Gravitational singularity

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Lensing by a black hole. Animated simulation of gravitational lensing caused by a Schwarzschild black hole going past a background galaxy.

A gravitational singularity (sometimes called a spacetime singularity) is a term used to describe the center of a black hole where gravity is thought to approach infinity. [1]

In the center of each black hole is a singularity, a point where infinite density develops as spacetime approaches it. Spacetime goes toward infinite curvature and matter is crushed to infinite density under the pull of infinite gravity. At a singularity, space and time cease to exist as we know them and current laws of physics cannot be applied to this region.[2]

Singularity form by a collapse of a star, where star with high enough mass (above 30 times the sun) would shrink under its own gravity and force until a single, one dimensional point. When it forms, space and time would be infinite in there.

An example would be that if a person is to stand on a collapsing star right before singularity form, and he sends a signal every second to a nearby observer, time and space would slow down as singularity is being formed, so that the observer would hear the signal slowing down. Let's say the singularity form at 12:00 exact, the observer would receive all the signals, one after another, with each successive signal slowing down at a very small rate, until the 12:00 signal, where time and space would be infinite to send a signal, in other words, forever.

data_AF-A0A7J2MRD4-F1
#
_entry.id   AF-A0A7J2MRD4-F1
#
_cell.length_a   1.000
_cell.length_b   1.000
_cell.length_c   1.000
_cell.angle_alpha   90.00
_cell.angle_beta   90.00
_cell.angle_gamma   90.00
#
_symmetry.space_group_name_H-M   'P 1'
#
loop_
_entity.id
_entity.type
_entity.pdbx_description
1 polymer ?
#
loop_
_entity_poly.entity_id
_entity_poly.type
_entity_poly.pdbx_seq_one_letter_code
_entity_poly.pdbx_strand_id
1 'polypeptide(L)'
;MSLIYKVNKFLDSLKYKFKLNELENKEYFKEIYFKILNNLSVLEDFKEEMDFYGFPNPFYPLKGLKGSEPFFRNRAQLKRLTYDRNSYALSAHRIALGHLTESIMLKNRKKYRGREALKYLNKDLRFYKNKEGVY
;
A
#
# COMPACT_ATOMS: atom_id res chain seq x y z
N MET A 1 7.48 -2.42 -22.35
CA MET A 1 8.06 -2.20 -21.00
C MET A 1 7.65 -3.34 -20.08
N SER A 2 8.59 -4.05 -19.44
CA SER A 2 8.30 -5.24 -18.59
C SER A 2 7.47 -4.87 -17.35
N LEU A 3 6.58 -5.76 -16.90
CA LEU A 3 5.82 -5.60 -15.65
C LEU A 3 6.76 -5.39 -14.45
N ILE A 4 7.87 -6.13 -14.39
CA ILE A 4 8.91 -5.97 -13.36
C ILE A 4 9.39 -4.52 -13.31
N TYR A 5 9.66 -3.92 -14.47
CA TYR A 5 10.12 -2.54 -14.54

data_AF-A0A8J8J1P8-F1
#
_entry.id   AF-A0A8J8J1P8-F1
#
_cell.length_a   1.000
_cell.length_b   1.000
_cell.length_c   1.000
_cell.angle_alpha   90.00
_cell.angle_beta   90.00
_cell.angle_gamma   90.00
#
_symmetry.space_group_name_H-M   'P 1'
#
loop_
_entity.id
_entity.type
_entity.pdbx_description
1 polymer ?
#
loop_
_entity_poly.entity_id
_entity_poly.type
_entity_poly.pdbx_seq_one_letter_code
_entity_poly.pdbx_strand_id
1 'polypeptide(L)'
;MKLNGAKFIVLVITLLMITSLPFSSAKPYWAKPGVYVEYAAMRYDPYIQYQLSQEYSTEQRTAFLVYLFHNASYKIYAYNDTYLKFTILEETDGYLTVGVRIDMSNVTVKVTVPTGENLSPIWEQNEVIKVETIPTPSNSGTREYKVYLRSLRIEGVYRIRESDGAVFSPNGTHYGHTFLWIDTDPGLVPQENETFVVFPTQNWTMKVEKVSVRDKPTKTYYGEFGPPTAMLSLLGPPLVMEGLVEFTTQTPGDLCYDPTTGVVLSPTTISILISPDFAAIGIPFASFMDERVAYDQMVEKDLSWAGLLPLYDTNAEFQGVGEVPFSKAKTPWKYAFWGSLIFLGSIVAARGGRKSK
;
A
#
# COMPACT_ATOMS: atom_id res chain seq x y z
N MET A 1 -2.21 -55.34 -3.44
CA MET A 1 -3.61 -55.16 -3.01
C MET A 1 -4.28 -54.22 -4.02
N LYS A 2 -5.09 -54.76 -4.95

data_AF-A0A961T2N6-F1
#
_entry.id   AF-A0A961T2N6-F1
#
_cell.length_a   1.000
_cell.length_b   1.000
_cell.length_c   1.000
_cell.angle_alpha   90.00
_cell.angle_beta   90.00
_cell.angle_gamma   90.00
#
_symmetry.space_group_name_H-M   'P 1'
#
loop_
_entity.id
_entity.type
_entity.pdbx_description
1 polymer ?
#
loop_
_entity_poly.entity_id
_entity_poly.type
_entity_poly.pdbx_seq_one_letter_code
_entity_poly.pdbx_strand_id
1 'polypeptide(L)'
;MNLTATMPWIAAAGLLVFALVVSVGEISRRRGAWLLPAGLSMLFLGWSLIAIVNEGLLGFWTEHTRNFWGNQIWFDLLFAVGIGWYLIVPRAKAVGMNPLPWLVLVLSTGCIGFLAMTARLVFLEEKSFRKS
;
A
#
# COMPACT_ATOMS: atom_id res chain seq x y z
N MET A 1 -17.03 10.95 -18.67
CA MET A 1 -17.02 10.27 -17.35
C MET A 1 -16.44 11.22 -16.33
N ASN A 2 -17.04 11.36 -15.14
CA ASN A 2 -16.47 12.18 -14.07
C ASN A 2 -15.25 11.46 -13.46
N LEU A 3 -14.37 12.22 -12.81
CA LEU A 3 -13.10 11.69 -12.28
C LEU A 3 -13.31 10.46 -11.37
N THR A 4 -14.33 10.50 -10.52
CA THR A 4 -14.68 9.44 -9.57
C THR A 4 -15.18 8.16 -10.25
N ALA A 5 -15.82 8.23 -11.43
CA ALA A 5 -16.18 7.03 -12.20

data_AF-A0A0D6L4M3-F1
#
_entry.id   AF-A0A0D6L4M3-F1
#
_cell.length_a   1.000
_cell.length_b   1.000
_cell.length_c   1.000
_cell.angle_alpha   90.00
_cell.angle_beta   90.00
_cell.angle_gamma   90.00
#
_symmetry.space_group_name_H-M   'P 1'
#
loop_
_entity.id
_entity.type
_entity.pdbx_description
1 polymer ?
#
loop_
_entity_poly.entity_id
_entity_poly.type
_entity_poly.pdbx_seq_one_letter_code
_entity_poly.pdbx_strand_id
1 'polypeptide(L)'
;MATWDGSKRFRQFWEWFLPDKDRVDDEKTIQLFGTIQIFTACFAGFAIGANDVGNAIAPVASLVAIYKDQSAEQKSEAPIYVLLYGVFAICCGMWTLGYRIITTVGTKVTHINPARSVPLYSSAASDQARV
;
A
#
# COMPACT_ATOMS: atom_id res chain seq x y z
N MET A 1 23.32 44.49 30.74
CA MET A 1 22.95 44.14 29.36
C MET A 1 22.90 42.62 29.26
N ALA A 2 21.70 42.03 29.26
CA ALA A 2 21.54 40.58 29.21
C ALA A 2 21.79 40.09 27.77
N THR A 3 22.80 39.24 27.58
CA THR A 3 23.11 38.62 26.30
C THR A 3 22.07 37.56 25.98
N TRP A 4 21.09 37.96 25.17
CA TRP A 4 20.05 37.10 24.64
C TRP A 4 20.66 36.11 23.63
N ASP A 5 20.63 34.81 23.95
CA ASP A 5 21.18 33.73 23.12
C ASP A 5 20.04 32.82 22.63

To understand singularity, one would first have to believe infinite density, like how the original Big Bang started.Big Bang, most scientists believe, started from an earlier universe that was pulled together by gravity to a single point, at which it was then exploded to all the matter in the expanding universe. A black hole singularity is similar, except on a smaller scale. Imagine our sun decrease to size of the nucleus of an atom, it's very dense out there. However, our sun does not have high enough mass and is well below the Chandrasekhar limit, which means it will shrink to a white dwarf, with radius of a few thousand miles.

(Paragraph 3-5 Based on "Brief History of Time" by Stephen Hawking)

References[change | change source]

  1. "Blackholes and Wormholes".
  2. "Spacetime Singularities".